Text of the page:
2Q 2018 Market Summary
Global equity markets were a mixed bag during 2Q 2018. U.S. markets performed relatively well, while non-U.S. markets struggled. The S&P 500 Index returned 3.4% during the quarter, bringing the year-to-date return to 2.7% through the end of June. Consumer discretionary, energy, and technology stocks drove markets higher during the quarter, as online retailers and internet media companies performed well. Rising oil prices helped energy stocks move higher. Detractors included the consumer staples, financial, and industrial sectors, each of which posted negative returns during the quarter.
At the strategy level, growth stocks continued to outperform value stocks, in large part due to the sector trends mentioned above. The Russell 1000 Growth Index returned 5.8% during the quarter compared to 1.2% for the Russell 1000 Value Index. Information technology stocks make up nearly 36% of the Russell 1000 Growth Index, while the consumer discretionary sector accounts for about 18% of the index. These sectors make up just 9.5% and 7.2%, respectively, for the Russell 1000 Value Index, which instead has greater emphasis on energy and financial stocks. This difference in index composition largely explains the underperformance of value-focused strategies relative to growth in recent years.
While broad U.S. equity markets were up during the quarter, domestic small-cap stocks performed especially well as many smaller companies benefitted from recent tax cuts. The Russell 2000 Index posted a 7.8% return during the quarter and was up 7.7% year-to-date through the end of June.
Non-U.S. stocks were a disappointment during the quarter. The MSCI EAFE Index lost 1.2% and was down 2.8% year-to-date. Emerging Markets were hit even harder. The MSCI Emerging Markets Index declined 8%, resulting in a 6.7% decline year-to-date. A strengthening dollar played a role in these negative returns during the quarter, as the local currency version of both indexes actually posted positive returns during the same time period.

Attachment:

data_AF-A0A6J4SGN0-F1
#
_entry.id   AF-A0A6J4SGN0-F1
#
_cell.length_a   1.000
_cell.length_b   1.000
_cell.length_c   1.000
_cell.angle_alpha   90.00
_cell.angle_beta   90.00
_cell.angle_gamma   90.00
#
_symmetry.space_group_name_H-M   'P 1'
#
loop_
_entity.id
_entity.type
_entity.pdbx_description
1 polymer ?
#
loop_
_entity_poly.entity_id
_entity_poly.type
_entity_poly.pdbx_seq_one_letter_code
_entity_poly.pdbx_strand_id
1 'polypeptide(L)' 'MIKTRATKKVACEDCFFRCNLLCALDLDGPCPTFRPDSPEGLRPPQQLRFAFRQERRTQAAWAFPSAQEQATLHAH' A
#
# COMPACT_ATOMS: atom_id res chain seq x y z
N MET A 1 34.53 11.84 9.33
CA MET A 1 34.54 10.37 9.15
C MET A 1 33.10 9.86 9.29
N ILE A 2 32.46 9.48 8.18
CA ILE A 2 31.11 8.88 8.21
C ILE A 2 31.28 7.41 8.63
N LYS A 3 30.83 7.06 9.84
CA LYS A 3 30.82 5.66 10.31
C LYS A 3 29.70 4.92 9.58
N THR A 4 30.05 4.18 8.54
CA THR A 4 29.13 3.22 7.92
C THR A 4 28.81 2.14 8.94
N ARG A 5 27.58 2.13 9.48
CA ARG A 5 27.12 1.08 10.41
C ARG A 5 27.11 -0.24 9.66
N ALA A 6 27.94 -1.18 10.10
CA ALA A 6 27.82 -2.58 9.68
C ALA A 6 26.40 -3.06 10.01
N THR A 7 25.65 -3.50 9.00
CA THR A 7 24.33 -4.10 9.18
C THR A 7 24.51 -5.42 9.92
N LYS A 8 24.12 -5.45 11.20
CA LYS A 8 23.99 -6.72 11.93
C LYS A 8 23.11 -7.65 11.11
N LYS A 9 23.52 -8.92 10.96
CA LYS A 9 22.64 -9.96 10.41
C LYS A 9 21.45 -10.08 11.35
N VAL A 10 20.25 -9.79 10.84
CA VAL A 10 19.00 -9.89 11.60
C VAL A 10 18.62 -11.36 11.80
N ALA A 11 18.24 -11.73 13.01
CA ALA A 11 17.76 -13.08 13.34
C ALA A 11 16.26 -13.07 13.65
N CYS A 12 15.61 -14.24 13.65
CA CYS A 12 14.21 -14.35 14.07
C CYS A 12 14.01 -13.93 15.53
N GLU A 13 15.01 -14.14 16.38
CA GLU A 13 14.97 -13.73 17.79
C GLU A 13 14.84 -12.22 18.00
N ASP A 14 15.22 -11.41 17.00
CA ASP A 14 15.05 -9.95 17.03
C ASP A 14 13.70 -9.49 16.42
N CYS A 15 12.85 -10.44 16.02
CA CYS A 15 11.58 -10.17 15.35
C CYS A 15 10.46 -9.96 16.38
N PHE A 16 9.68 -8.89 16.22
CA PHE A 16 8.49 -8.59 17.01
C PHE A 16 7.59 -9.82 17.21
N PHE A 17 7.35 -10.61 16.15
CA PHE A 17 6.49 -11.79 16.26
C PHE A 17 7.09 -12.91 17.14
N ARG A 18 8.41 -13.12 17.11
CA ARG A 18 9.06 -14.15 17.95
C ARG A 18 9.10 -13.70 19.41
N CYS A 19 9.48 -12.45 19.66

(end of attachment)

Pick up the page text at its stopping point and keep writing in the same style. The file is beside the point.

The Federal Reserve hiked its key Federal Funds rate in June by 0.25% to a targeted range between 1.75% - 2.00%. This move pushed rates higher across the yield curve, but to varying degrees. Short-term rates continue to increase more than longer-term rates. One-year Treasury yields rose 0.23% to end the second quarter at 2.31%, while 10-year yields only rose 0.03% to 2.85% (though 10-year yields did temporarily climb over 3% during the quarter). Longer-term yields, like 30-year Treasury yields, were effectively unchanged during the quarter, resulting in continued flattening of the yield curve.
The rise in rates resulted in meek returns for most fixed income sectors, as bond prices decline when rates rise. The Bloomberg Barclays U.S. Aggregate Bond Index declined almost 0.20% during the quarter and was down 1.6% year-to-date through the end of June. The Bloomberg Barclays U.S. Corporate Bond Index declined 1% during the quarter and was down 3.3% year-to-date. The Bloomberg Barclays Municipal Bond Index returned 0.9% during the quarter but was down 0.3% year-to-date.
Commodities, as measured by the Bloomberg Commodity Index, were up 0.4% during the quarter, and unchanged for the year. However, these flat returns do not reflect the strong environment for energy prices. The price of a barrel of West Texas Intermediate oil rose from $63 to $74 by the end of June. At the same time, the LBMA Gold Price Index declined 5.5% during the quarter, and was down 3.5% year-to-date.